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Creating the ‘High Possibility School’

Research on exemplary teachers’ knowledge of technology enhanced learning led to the development of the High Possibility Classrooms (HPC) framework. Arguments for the creation of High Possibility Schools builds capacity in school leaders and teachers to create empowering learning places for all students right now and into the future.

Dr Jane Hunter, an early career researcher in the Centre for Educational Research at the University of Western Sydney was intrigued by the challenge of how teachers effectively embed technologies into learning. To fill a noted gap in the research literatures, in what is known about knowledge of technology integration in practice from teachers’ perspectives, Dr Hunter began her research of four exemplary teachers’ knowledge of technology integration in the classrooms of six to 16 year olds in NSW public schools. The research outcomes led to the development of the HPC framework.

The HPC framework stems from a need for robust theory drawn from research to underpin technology integration in learning in education contexts – Technological Pedagogical Content Knowledge or TPACK (Mishra & Koehler, 2006). What emerged from the data collection and analysis was that exemplary teachers conceived their knowledge of technology around five conceptions: theory, creativity, public learning, life preparation and contextual accommodations. Within each of these five conceptions are multiple themes of teaching practices and student learning processes that align with what young people require for their education futures. Hard planning, project-based learning and opportunities for production, listening to student voice and getting into flow, inform these conceptions. Teachers who actively use these pedagogical markers are defining a new game of school in K-12 settings. In essence schools can create HPC for all students and many of the HPC conceptions are present in teachers’ practices right now. However, teachers’ actions when embedding technology must go further.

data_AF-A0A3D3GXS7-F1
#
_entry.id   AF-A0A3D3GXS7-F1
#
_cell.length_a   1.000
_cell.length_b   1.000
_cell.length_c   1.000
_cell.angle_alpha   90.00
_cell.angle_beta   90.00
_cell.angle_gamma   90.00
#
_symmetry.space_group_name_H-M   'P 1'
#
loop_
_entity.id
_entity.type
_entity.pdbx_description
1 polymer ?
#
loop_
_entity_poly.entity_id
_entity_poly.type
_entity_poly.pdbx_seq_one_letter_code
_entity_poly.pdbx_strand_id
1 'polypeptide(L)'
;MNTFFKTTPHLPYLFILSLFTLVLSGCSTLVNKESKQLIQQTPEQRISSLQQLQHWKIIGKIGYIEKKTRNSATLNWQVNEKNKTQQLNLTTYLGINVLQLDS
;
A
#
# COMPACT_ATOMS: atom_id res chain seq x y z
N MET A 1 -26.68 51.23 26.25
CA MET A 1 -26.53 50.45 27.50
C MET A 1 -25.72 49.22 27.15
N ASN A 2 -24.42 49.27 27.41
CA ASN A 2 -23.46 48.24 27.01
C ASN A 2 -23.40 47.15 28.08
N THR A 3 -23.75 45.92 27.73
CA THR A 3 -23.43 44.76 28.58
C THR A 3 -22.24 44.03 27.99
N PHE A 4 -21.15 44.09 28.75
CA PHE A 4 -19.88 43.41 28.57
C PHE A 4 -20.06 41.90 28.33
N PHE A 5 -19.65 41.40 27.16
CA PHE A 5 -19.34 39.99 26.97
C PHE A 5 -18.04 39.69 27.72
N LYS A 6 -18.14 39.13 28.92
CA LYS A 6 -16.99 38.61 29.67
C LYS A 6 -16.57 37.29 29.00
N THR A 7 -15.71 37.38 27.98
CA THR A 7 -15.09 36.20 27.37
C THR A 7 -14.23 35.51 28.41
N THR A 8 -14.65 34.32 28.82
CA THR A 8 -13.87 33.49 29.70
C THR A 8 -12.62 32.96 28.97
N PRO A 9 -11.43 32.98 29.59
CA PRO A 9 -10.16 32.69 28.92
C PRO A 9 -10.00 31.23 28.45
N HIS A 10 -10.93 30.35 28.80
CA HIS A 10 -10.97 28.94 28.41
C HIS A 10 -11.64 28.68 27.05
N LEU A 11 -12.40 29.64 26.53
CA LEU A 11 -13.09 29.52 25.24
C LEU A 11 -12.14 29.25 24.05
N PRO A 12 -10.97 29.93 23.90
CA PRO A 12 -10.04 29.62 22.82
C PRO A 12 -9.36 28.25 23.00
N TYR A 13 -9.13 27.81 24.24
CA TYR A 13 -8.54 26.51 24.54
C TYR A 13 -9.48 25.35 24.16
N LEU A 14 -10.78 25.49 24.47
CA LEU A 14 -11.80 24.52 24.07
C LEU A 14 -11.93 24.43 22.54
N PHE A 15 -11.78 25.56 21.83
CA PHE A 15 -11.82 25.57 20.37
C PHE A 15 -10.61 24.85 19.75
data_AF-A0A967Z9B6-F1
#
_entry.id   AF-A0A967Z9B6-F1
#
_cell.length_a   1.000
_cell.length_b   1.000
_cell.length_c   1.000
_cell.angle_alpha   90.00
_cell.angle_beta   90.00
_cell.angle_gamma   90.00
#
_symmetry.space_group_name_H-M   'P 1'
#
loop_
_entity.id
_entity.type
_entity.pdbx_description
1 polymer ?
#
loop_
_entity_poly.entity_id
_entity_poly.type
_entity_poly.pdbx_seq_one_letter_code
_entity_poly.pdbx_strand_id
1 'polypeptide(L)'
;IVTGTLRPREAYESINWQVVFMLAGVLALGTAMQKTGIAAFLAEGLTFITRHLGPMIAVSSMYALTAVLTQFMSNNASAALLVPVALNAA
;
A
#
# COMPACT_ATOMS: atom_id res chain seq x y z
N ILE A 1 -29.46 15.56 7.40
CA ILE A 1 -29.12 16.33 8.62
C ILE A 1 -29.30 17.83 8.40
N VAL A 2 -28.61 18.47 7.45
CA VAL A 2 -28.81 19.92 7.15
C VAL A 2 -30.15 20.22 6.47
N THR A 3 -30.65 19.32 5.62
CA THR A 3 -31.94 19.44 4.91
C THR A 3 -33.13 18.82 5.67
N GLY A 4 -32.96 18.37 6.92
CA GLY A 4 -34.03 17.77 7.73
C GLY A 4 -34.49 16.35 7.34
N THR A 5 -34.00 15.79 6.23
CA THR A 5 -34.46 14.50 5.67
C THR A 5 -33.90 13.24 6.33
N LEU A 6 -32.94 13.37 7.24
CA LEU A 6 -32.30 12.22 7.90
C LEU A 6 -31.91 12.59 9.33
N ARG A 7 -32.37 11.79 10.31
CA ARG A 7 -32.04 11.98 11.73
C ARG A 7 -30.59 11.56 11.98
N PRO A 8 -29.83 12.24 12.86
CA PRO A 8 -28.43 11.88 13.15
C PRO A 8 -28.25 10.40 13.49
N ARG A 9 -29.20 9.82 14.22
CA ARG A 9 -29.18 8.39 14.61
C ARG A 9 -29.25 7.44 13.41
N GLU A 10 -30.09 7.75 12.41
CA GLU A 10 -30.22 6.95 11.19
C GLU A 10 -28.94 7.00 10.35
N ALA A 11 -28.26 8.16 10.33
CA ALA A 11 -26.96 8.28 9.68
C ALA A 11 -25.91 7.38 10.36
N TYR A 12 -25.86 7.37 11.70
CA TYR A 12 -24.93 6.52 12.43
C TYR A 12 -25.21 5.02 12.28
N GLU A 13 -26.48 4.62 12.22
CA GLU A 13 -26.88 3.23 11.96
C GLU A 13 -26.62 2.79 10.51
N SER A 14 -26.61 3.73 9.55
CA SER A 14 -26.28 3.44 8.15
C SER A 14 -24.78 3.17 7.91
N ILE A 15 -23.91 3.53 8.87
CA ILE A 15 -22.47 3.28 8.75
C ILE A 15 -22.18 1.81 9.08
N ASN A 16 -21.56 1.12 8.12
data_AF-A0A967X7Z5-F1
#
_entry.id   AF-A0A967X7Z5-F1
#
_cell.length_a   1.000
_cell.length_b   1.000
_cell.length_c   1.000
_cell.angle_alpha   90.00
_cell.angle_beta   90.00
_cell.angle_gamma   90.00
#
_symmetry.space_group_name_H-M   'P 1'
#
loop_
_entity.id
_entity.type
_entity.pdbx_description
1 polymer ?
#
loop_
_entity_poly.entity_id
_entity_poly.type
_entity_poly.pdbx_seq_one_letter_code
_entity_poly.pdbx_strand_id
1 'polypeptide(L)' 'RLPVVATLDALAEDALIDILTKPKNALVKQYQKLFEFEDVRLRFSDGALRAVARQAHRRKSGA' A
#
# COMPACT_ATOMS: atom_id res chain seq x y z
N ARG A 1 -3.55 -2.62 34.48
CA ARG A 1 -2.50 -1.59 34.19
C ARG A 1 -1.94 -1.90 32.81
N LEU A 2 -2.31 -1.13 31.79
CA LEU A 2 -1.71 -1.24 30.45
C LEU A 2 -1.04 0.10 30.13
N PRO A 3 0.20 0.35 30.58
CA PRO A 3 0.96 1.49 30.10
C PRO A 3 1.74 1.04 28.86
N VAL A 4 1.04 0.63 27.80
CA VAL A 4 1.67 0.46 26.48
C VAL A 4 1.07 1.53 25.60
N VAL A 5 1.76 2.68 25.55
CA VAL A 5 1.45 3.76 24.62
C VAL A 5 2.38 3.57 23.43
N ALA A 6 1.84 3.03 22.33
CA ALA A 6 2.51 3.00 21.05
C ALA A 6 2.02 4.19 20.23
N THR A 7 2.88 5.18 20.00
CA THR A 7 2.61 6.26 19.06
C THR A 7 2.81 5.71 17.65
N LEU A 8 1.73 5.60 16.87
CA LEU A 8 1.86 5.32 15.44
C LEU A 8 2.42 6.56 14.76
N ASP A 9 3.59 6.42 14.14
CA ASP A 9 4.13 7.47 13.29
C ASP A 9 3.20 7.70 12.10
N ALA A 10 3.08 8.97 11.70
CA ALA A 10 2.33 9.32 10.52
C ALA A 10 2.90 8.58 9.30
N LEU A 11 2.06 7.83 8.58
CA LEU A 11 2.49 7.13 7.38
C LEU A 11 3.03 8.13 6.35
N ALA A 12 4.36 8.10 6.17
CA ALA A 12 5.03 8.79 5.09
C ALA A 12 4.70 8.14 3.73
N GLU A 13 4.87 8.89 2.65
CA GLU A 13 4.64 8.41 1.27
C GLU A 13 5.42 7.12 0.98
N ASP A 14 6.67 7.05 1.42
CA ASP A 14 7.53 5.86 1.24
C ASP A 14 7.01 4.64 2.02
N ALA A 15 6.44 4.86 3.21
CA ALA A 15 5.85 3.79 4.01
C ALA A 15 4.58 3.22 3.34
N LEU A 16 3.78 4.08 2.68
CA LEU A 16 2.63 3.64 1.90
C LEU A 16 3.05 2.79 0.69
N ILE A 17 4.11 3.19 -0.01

Dr Jane Hunter will keynote at the Future Leaders conference from 3-4 March 2016 at the Australian Technology Park, Sydney as part of the National FutureSchools Expo. Her session will distinguish some powerful examples based on evidence in NSW schools, and reveal that it is possible to re-imagine K-12 classrooms within current education constraints and uncertainties.

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Principals should be ‘bold, creative and courageous’

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South Australian-based school principal and recent leadership category winner of the SA Excellence in Public Education Awards, Olivia O’Neill, says despite the challenges of being a principal in the 21st Century principals should focus on the creativity of the job and enjoy it.

With 11 years as principal of one of South Australia’s best performing schools, Brighton Secondary School, and more than 40 years of experience in secondary schools in Queensland and South Australia, O’Neill told Education Matters the award win is more a testament to the leaders she works with.

“It’s very nice to be personally recognised because you work hard, you put in the hours and you keep working on a continuous improvement plan but really I think it’s more testament to the leaders that I work with,” she said.  “It’s about the good people that you recruit to do the job, so I did accept award on behalf of the ‘principal team’, as we call them. We don’t call them Admin in our school because no one ever says Admin warmly do they?”

As a winner of the leadership category O’Neill has been given the opportunity to undertake a short course at the Harvard Graduate School of Education in Cambridge, Massachusetts, and has chosen the course entitled ‘Leadership: an Evolving Vision’.